Satellite navigation systems

February 5, 2007 - 5:28am

Today pilots who have an inertial navigation system coupled with an advanced GPS aboard their airplanes are considered to be at the upper end of the profession, while the rest of us bumble along with just a plain vanilla GPS–maybe with a WAAS upgrade–and a couple of VORs plus one, maybe two, DMEs. But tomorrow might be different.

February 2, 2007 - 4:21am

While the FAA’s current WAAS network offers equipped users with improved GPS performance across the continental U.S. and Alaska, it still does not provide the redundancy and reliability required from an aviation navigation service. So the FAA has now contracted to obtain additional geostationary satellites (GEOs) to rectify this shortcoming.

January 31, 2007 - 5:49am

Germany’s air navigation service provider (ANSP), Deutsche Flugsicherung (DFS), is working toward the national implementation of differential GPS-based precision approaches in a program expected to last about two years.

January 31, 2007 - 5:21am

The biggest question remaining about Europe’s homegrown satellite navigation project appears to be not whether the satnav network will ever be built but rather who will run the multibillion-dollar Galileo system after the first of its 30 satellites are launched later this year.

January 30, 2007 - 5:13am

After 10 frustrating years of technical delays, escalating costs and contractor changes, the FAA’s GPS wide area augmentation system (WAAS) is approaching the level of performance the agency originally envisioned for it back in the late 1980s. With the system’s initial operational capability declared in 2003 and 18 months of satisfactory performance now behind them, WAAS advocates can see light at the end of the tunnel.

January 19, 2007 - 9:28am

Federal agencies on January 8 issued a notice asking for the public’s help to decide if there is a need to continue to operate or invest in the loran-C radio navigation system beyond September 30. They gave the public only 30 days–until February 7–to submit comments.

January 12, 2007 - 4:19am

Federal agencies are asking for the public’s help to decide if there is a need to continue to operate or invest in the loran-C radio navigation system beyond Fiscal Year 2007 (which ends September 30). While the current loran-C system is based on technology developed in the 1960s, some of the stations have been updated to allow for an enhanced signal (eLoran).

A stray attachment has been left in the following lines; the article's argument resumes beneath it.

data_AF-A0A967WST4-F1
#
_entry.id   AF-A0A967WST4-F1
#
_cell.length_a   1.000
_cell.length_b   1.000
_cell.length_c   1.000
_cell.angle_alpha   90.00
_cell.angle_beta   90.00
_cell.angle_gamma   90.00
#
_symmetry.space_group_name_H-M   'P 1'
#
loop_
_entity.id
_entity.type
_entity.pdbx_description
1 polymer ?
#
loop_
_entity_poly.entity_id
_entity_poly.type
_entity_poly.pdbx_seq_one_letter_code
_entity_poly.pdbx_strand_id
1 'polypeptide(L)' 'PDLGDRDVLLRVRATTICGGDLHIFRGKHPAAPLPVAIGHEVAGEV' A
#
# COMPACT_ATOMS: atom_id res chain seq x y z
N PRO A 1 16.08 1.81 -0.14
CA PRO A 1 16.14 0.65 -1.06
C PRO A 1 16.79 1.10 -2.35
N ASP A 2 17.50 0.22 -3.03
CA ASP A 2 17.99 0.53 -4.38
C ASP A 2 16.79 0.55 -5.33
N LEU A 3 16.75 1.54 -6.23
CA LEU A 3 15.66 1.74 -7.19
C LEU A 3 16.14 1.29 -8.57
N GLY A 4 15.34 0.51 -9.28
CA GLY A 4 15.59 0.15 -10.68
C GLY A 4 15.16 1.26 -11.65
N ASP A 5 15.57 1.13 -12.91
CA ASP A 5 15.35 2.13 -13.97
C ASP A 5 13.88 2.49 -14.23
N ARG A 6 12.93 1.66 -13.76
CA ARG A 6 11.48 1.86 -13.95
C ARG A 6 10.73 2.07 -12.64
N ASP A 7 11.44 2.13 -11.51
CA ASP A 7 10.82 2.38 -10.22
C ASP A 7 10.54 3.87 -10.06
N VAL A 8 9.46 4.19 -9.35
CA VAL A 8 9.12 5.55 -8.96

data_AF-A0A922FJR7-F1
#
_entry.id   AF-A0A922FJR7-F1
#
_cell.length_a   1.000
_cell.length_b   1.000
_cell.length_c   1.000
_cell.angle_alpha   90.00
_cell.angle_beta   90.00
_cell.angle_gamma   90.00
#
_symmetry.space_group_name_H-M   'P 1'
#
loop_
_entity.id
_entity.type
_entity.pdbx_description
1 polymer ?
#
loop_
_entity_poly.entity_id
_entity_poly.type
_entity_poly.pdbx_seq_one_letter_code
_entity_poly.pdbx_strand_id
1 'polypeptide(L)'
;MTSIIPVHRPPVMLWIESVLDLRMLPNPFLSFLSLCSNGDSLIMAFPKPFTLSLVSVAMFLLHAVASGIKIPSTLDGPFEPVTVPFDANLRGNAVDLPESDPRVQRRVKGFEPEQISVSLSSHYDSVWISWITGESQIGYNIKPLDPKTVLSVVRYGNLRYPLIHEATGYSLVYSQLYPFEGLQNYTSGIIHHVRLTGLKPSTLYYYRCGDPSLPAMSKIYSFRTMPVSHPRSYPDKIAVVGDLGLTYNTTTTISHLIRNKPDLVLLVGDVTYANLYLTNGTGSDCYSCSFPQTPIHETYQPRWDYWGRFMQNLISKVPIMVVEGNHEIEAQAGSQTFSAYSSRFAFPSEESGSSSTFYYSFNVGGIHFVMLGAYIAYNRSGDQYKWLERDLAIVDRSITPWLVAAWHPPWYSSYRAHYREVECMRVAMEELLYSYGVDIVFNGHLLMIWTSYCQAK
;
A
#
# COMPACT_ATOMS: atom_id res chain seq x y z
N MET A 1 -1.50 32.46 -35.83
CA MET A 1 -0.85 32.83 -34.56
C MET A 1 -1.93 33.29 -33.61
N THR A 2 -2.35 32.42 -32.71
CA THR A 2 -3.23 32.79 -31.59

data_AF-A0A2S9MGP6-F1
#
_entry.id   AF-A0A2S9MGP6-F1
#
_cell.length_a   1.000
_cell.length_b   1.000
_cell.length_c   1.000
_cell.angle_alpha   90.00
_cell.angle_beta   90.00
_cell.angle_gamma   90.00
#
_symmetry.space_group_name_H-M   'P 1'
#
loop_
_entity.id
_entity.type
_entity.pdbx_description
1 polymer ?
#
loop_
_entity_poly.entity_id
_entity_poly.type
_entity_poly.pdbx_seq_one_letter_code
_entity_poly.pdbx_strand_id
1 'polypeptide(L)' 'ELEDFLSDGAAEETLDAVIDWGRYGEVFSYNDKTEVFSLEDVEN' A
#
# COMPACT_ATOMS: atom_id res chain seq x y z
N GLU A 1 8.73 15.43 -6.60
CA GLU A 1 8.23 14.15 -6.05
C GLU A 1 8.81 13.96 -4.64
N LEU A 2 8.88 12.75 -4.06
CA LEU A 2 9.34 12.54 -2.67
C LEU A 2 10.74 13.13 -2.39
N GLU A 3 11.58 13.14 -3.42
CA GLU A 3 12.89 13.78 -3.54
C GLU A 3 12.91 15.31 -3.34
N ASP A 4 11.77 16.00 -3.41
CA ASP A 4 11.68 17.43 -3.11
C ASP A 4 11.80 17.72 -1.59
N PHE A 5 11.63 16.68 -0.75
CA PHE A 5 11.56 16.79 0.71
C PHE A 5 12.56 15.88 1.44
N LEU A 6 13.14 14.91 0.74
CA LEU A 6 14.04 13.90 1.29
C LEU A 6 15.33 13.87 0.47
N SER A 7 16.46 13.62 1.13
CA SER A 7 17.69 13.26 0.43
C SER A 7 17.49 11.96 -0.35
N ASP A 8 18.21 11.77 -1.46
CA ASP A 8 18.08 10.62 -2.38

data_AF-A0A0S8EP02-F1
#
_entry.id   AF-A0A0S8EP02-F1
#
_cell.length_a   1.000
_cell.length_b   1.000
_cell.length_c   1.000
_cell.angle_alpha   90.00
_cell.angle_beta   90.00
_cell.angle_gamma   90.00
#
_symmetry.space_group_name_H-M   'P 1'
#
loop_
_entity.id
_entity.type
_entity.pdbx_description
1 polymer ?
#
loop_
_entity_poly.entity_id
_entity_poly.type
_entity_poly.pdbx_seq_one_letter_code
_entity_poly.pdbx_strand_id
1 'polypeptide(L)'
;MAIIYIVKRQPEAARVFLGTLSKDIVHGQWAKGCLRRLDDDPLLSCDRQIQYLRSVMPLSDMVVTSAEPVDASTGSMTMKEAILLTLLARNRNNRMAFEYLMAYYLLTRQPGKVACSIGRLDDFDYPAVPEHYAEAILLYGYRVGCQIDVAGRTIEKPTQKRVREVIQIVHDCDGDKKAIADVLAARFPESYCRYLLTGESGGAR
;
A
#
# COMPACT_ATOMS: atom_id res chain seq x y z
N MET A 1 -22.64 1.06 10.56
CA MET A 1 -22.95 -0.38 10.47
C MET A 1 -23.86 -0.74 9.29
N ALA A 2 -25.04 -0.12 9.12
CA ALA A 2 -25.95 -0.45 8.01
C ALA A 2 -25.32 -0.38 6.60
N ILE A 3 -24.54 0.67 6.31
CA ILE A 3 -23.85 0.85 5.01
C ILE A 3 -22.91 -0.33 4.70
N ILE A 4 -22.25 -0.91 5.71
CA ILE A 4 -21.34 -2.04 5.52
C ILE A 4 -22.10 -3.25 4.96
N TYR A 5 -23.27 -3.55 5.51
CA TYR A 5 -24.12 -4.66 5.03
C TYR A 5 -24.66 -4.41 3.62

December 15, 2006 - 12:16pm

The French ministries of transport and defense have planned a global navigation satellite system (GNSS)/Loran C user information day on July 1 in Paris. “The information day is open to any person who has an activity related to the use of positioning or timing/synchronization information,” said the organizers. Focus will be on Loran C as a complement of GNSS.

December 15, 2006 - 8:38am

China has disclosed that it intends to build a GPS-like global navigation system. Named Compass, the $2 billion system would have 30 satellites in medium earth orbits similar to the current GPS. Five additional satellites will provide WAAS-like and other functions, with a forecast 10-meter accuracy free to all users. Western experts predict likely operation between 2015 and 2020.

December 12, 2006 - 1:46pm

Boeing’s delivery in May of a 737-800 airliner certified for the global navigation satellite landing system (GLS) marked the culmination of a 10-year development effort. It also served as a reminder that the ground-based augmentation system (GBAS) still has a future, despite a U.S.

 
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